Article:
Mormons agree to no LDS proxy baptism of Simon Wiesenthal: As requested by Jewish human rights organization
The Church of Jesus Christ of Latter-day Saints removed the name of Holocaust survivor and Nazi hunter Simon Wiesenthal from a list of those to be posthumously baptized, after the organization bearing his name issued a statement calling for the removal.
“They did the right thing,” said Rabbi Marvin Hier, founder and dean of the Simon Wiesenthal Center. “I’m sure they realized this was a terrible mistake on their part.”
The center, a Jewish human rights organization based in Los Angeles, issued a statement on December 18 asking the church to remove Wiesenthal’s name from the list of those to receive posthumous rites, which include baptism. Later the same day the church said his name had been removed.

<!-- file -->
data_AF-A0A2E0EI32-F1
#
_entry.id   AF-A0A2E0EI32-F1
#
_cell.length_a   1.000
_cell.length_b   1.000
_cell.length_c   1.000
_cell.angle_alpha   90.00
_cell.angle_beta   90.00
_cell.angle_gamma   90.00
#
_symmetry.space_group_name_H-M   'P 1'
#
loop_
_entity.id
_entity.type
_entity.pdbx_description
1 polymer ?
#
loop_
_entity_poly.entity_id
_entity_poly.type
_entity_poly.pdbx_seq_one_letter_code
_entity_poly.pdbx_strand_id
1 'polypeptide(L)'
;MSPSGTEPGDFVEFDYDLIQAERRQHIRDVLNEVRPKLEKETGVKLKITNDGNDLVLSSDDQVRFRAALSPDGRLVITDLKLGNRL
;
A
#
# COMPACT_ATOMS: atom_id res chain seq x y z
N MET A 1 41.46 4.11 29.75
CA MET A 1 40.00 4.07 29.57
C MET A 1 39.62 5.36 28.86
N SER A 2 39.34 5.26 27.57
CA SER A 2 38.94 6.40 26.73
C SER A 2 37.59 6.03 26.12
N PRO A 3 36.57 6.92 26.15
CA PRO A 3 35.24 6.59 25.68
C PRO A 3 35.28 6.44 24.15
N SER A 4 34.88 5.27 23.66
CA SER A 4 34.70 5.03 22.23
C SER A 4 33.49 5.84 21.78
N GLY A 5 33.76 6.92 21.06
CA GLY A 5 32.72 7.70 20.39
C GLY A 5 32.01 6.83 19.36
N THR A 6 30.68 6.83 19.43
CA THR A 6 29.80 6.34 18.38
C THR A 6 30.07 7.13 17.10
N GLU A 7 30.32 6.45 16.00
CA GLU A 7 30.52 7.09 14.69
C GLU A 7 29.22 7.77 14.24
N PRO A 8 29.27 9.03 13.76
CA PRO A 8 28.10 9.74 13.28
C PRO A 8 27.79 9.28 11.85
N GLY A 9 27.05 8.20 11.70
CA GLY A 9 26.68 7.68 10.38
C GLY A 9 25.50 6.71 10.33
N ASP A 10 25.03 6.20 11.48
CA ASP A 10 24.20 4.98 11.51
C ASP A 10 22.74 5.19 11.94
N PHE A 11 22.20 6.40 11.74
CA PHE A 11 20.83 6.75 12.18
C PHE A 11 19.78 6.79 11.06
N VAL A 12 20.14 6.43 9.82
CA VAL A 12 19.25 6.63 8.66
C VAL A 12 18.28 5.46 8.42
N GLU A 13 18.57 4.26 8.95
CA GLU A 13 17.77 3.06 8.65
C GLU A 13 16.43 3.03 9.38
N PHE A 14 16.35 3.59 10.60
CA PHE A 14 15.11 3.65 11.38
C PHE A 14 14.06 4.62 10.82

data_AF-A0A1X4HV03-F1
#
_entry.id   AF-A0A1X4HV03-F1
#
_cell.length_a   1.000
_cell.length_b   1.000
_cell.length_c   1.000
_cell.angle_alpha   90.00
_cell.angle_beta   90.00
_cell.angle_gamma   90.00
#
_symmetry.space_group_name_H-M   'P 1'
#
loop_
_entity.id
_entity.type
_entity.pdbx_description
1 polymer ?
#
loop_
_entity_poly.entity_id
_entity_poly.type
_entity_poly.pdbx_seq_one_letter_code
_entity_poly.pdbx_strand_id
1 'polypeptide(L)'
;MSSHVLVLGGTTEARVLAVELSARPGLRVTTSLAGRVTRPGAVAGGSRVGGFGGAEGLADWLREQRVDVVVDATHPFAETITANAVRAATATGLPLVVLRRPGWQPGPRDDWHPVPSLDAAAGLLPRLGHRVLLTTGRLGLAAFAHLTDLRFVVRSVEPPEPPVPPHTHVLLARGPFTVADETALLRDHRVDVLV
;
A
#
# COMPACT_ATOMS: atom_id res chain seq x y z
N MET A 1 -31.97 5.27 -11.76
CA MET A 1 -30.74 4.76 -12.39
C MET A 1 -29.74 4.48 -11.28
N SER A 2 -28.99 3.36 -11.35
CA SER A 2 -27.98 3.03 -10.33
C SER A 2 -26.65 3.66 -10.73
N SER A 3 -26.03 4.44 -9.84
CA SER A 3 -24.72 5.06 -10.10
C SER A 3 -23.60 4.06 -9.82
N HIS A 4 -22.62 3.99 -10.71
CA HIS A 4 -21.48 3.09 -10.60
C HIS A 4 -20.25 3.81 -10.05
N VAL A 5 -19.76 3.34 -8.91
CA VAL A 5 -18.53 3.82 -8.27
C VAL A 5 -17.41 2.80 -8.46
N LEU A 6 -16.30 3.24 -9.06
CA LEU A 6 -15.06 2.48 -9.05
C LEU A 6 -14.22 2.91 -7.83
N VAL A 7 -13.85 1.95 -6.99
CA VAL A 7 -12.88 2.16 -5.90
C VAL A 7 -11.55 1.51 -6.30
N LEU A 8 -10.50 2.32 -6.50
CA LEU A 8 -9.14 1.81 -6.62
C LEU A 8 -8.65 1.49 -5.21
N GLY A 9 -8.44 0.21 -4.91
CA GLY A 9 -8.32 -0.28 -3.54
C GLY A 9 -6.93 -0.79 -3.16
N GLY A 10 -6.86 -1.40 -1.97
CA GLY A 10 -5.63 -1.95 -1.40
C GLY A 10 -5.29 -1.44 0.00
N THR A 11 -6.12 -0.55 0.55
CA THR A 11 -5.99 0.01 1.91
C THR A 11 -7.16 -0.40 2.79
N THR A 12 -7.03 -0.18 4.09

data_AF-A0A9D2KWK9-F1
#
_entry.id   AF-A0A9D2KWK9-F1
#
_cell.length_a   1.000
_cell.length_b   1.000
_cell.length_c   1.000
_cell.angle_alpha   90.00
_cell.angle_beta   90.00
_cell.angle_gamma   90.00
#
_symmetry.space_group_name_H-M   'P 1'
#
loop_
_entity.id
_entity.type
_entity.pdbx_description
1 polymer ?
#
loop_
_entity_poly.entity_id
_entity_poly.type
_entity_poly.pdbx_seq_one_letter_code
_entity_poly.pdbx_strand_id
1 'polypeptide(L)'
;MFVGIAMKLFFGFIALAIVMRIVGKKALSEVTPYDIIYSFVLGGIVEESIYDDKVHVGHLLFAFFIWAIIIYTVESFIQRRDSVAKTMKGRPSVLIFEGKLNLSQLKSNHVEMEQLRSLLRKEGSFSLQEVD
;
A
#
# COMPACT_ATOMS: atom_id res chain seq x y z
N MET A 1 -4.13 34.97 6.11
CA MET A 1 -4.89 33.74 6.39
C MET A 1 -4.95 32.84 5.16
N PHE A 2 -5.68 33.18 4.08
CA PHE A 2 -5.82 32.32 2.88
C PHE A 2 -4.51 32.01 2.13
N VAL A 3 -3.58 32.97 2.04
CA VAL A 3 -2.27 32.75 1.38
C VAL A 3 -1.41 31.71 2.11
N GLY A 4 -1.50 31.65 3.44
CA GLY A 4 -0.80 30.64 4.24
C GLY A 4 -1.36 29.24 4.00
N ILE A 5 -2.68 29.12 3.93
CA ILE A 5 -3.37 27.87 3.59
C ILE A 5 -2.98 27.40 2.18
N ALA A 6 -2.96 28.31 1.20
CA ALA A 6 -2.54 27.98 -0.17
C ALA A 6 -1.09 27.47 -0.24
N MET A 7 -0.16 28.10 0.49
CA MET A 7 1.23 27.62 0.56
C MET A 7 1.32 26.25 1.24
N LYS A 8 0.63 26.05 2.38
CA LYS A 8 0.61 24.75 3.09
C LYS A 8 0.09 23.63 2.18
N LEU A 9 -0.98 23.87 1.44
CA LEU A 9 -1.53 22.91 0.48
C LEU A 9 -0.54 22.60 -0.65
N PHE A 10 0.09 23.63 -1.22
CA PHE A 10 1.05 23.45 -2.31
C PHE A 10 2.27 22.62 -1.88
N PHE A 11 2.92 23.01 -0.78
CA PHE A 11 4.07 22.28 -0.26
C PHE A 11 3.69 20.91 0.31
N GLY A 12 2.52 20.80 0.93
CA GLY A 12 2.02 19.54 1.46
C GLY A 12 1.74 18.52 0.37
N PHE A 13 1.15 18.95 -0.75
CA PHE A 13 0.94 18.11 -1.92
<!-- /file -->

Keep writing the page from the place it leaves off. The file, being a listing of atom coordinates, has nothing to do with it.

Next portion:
“In response to a request by the Simon Wiesenthal Center and in accordance with the commitments the church made in 1995, no church ordinance was performed for Simon Wiesenthal and his name was immediately removed from the International Genealogical Index,” said Bruce Olsen, a church spokesperson.
In 1995 the church agreed to remove the names of Holocaust victims and Jews from the list of those to be posthumously baptized, unless they were direct ancestors of current church members or written permission had been obtained from all living members of the deceased’s family.
“It was astonishing to us that they went against the agreement,” Hier said. “We understand that from their point of view they think they’re doing Simon Wiesenthal a good deed. From the Jewish point of view, it’s rather an insult because it suggests that there’s no other way to get to heaven except through the Mormon church. We believe that Simon Wiesenthal, who lived a full life with great deeds on behalf of mankind, can get to heaven on his own and doesn’t need any assistance.”
In the LDS statement, Olsen said, the church emphasized its policy that members should only submit names of their own ancestors for such baptisms. –Religion News Service